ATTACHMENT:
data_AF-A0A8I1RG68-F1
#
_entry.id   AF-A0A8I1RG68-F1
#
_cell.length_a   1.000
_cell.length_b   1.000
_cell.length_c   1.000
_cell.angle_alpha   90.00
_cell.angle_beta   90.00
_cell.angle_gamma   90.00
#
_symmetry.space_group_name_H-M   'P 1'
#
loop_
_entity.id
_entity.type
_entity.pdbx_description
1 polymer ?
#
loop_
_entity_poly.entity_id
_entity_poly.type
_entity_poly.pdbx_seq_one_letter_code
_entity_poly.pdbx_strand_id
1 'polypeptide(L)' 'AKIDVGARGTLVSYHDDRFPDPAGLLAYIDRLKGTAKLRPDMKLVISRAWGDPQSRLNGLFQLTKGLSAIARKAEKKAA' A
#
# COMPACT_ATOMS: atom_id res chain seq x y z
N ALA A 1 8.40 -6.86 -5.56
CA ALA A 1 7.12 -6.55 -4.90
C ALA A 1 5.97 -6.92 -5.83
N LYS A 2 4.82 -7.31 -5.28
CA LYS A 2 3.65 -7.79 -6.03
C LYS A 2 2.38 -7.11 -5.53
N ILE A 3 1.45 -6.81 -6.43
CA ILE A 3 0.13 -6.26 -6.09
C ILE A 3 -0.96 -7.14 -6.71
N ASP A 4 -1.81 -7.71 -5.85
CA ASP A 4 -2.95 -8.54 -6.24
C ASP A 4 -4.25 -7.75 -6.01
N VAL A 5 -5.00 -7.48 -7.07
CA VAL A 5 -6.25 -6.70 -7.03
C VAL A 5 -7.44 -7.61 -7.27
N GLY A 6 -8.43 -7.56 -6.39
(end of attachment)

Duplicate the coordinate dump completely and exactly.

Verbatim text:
data_AF-A0A8I1RG68-F1
#
_entry.id   AF-A0A8I1RG68-F1
#
_cell.length_a   1.000
_cell.length_b   1.000
_cell.length_c   1.000
_cell.angle_alpha   90.00
_cell.angle_beta   90.00
_cell.angle_gamma   90.00
#
_symmetry.space_group_name_H-M   'P 1'
#
loop_
_entity.id
_entity.type
_entity.pdbx_description
1 polymer ?
#
loop_
_entity_poly.entity_id
_entity_poly.type
_entity_poly.pdbx_seq_one_letter_code
_entity_poly.pdbx_strand_id
1 'polypeptide(L)' 'AKIDVGARGTLVSYHDDRFPDPAGLLAYIDRLKGTAKLRPDMKLVISRAWGDPQSRLNGLFQLTKGLSAIARKAEKKAA' A
#
# COMPACT_ATOMS: atom_id res chain seq x y z
N ALA A 1 8.40 -6.86 -5.56
CA ALA A 1 7.12 -6.55 -4.90
C ALA A 1 5.97 -6.92 -5.83
N LYS A 2 4.82 -7.31 -5.28
CA LYS A 2 3.65 -7.79 -6.03
C LYS A 2 2.38 -7.11 -5.53
N ILE A 3 1.45 -6.81 -6.43
CA ILE A 3 0.13 -6.26 -6.09
C ILE A 3 -0.96 -7.14 -6.71
N ASP A 4 -1.81 -7.71 -5.85
CA ASP A 4 -2.95 -8.54 -6.24
C ASP A 4 -4.25 -7.75 -6.01
N VAL A 5 -5.00 -7.48 -7.07
CA VAL A 5 -6.25 -6.70 -7.03
C VAL A 5 -7.44 -7.61 -7.27
N GLY A 6 -8.43 -7.56 -6.39